The Festival of The Images in The Andes
- ÑAWRAY PACHA: WORLDS AND TIMES
- Communication Systems
- What stories did they tell?
- Epilogue: The Andean festival
Representation mode. Toqapu qasana. Nested squares representing the origin of the Inkas. Ceramic jug. Imperio Inka, Andes Centrales del Perú 1400-1532 d.C. Colección Museo Nacional de Arqueología, Antropología e Historia del Perú-Ministerio de Cultura de Perú, C-022941.
Series Mode. Group of warriors. Bowl, pyroengraved gourd. Río Loa, norte de Chile 1000-1400 d.C. Colección Museo Chileno de Arte Precolombino, 3123.
Scene Mode. Humans and marine creatures in action. Deep bowl, ceramic. Moche, costa centro norte del Perú, 1-700 d.C. Colección Museo Chileno de Arte Precolombino, 0779.
Scene Mode. Inka facing a warrior from the jungle (Anti). Quero cup, wood. Colonial, Perú Siglos XVI-XVIII. Colección Museo Colchagua, PE-MCOL 08 (180 x 120 mm).
Figurative language. Scene from Inka times. Quero-cup, wood. Andes Centrales del Perú, Período Colonial, Siglos XVI-XVIII. Colección Particular, PE-PLE 01.
How is the information shown?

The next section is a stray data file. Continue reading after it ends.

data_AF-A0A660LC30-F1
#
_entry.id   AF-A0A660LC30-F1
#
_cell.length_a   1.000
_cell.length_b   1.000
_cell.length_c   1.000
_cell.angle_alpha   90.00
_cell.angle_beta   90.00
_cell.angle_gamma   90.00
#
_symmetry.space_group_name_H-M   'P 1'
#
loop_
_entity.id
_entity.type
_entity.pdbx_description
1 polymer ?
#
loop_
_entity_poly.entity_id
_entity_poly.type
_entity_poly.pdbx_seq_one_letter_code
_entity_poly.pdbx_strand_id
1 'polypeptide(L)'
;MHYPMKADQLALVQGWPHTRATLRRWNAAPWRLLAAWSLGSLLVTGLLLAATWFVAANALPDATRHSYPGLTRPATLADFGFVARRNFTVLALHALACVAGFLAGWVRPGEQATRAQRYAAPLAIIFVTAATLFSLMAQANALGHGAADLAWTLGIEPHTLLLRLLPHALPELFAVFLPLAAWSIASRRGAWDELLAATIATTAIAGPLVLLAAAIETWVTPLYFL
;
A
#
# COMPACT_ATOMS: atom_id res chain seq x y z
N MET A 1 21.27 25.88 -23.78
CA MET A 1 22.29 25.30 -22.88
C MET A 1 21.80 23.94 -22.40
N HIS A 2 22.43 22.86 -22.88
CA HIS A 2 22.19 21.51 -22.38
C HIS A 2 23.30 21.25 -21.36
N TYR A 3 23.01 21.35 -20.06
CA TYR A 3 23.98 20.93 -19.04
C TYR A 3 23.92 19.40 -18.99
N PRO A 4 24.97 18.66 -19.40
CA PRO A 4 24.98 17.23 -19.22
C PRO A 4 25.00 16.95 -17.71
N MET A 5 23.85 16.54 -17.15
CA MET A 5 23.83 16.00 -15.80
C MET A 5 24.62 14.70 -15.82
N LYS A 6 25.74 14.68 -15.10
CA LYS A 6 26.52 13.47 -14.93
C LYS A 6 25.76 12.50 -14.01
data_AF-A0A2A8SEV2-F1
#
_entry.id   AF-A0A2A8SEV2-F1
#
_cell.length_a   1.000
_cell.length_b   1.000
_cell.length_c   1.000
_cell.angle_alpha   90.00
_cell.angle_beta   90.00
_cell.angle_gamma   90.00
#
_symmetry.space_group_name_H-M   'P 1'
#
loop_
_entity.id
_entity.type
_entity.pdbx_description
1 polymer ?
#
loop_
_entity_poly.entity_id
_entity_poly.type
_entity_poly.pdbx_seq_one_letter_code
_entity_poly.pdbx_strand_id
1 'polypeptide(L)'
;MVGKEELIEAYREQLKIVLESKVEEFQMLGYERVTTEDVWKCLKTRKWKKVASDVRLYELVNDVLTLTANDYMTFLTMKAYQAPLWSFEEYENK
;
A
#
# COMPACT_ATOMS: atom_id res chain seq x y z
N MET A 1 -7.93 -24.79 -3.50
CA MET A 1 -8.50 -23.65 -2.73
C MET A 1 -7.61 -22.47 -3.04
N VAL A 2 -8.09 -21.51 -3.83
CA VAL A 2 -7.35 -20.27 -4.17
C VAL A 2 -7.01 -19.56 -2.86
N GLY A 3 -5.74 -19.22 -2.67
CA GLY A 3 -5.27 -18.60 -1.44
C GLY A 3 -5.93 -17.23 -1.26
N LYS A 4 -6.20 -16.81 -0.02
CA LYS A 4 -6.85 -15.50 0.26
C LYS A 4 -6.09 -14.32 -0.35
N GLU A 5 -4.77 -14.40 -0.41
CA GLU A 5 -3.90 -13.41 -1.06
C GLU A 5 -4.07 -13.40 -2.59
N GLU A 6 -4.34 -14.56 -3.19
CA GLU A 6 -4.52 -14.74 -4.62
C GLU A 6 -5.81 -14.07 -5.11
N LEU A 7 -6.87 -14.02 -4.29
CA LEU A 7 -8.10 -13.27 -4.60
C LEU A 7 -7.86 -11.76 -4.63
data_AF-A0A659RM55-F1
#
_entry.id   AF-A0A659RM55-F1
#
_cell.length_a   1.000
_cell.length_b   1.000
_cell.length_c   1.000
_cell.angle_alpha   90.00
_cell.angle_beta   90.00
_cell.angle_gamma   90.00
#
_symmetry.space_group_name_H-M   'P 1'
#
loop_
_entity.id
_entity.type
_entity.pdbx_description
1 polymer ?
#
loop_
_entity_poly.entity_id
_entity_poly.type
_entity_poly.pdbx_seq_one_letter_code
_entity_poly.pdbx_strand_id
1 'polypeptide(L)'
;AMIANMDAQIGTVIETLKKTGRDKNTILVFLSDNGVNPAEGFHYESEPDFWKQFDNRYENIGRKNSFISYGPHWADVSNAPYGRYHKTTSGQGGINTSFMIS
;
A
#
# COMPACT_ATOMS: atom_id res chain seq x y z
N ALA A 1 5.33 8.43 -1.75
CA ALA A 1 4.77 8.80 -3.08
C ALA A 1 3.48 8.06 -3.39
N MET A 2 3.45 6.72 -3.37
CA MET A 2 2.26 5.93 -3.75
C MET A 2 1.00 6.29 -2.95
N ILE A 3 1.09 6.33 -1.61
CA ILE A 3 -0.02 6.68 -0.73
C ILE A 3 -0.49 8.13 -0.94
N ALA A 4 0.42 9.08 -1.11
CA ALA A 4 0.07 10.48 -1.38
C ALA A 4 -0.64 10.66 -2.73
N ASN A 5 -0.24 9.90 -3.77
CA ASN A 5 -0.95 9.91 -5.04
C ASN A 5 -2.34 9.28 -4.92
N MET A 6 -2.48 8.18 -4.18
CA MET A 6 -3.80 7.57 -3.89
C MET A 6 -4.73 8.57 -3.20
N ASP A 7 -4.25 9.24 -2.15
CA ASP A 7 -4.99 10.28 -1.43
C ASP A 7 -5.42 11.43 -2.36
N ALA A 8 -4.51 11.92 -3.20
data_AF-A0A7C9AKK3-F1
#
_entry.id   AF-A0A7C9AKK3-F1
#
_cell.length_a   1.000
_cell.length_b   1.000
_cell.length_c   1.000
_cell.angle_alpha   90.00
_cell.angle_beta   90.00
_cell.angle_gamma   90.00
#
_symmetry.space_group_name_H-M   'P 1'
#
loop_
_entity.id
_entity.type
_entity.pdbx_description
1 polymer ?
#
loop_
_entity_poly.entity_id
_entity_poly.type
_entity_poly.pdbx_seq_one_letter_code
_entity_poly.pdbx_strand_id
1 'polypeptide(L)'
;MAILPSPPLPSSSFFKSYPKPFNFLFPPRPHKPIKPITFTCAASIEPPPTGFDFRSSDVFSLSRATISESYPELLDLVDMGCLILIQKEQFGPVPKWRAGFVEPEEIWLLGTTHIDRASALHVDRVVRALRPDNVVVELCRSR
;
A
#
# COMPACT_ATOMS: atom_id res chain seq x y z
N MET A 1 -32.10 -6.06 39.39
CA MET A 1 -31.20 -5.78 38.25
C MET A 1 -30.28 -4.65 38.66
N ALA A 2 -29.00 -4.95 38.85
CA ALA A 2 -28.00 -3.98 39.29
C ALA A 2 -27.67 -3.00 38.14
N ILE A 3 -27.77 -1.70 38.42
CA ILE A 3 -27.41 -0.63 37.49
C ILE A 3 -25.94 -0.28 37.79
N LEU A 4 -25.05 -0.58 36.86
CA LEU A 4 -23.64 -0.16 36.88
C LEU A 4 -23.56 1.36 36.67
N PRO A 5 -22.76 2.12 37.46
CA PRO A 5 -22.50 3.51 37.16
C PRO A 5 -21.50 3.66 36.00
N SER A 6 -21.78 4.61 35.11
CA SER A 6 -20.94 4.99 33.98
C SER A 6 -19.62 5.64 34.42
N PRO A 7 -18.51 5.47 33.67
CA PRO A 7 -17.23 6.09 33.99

Whatever the local tongue, in the Andes it was possible to say things and convey information through sense-based languages—shapes, colors, textures, designs, sounds, smells and so on. The origins of these languages can be traced back 5000 years, and over vast territories that encompass a wide variety of spoken languages.
Visual narratives can be conveyed in different ways:
A single, isolated image is presented and understood on its own. Examples include famous individuals, deities, toqapus and various designs, as is currently the case with the Christian cross and the ’emoticons’.
Several similar figures are presented in succession. Examples of these include Inka genealogical sequences and figures representing quantities.
A group of figures is presented in action. In some cases, ethnic groups and/or important events such as wars can be identified in these scenes.